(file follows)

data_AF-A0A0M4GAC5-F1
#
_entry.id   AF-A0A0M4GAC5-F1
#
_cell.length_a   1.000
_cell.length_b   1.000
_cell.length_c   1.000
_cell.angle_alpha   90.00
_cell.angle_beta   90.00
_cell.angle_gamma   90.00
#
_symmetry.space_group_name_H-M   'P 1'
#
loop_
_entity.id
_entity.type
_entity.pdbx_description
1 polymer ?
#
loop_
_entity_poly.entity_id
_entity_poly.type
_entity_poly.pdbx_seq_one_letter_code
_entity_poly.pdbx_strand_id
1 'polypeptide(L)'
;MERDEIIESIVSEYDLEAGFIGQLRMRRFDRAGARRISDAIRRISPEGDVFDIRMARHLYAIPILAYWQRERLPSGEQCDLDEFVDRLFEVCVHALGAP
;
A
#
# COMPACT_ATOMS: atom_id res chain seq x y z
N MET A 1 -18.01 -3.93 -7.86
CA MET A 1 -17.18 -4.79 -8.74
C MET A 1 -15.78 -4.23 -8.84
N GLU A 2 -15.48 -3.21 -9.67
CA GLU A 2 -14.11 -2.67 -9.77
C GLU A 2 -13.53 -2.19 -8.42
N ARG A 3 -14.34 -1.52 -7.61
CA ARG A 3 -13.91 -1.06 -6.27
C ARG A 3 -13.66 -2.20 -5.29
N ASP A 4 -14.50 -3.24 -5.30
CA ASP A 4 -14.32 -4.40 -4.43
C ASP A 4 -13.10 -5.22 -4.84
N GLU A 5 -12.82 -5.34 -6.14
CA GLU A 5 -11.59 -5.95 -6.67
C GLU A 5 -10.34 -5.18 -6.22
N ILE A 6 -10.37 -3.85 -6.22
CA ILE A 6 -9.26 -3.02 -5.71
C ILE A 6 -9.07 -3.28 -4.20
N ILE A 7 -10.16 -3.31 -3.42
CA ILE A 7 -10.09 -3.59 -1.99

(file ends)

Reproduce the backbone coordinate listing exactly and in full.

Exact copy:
data_AF-A0A0M4GAC5-F1
#
_entry.id   AF-A0A0M4GAC5-F1
#
_cell.length_a   1.000
_cell.length_b   1.000
_cell.length_c   1.000
_cell.angle_alpha   90.00
_cell.angle_beta   90.00
_cell.angle_gamma   90.00
#
_symmetry.space_group_name_H-M   'P 1'
#
loop_
_entity.id
_entity.type
_entity.pdbx_description
1 polymer ?
#
loop_
_entity_poly.entity_id
_entity_poly.type
_entity_poly.pdbx_seq_one_letter_code
_entity_poly.pdbx_strand_id
1 'polypeptide(L)'
;MERDEIIESIVSEYDLEAGFIGQLRMRRFDRAGARRISDAIRRISPEGDVFDIRMARHLYAIPILAYWQRERLPSGEQCDLDEFVDRLFEVCVHALGAP
;
A
#
# COMPACT_ATOMS: atom_id res chain seq x y z
N MET A 1 -18.01 -3.93 -7.86
CA MET A 1 -17.18 -4.79 -8.74
C MET A 1 -15.78 -4.23 -8.84
N GLU A 2 -15.48 -3.21 -9.67
CA GLU A 2 -14.11 -2.67 -9.77
C GLU A 2 -13.53 -2.19 -8.42
N ARG A 3 -14.34 -1.52 -7.61
CA ARG A 3 -13.91 -1.06 -6.27
C ARG A 3 -13.66 -2.20 -5.29
N ASP A 4 -14.50 -3.24 -5.30
CA ASP A 4 -14.32 -4.40 -4.43
C ASP A 4 -13.10 -5.22 -4.84
N GLU A 5 -12.82 -5.34 -6.14
CA GLU A 5 -11.59 -5.95 -6.67
C GLU A 5 -10.34 -5.18 -6.22
N ILE A 6 -10.37 -3.85 -6.22
CA ILE A 6 -9.26 -3.02 -5.71
C ILE A 6 -9.07 -3.28 -4.20
N ILE A 7 -10.16 -3.31 -3.42
CA ILE A 7 -10.09 -3.59 -1.99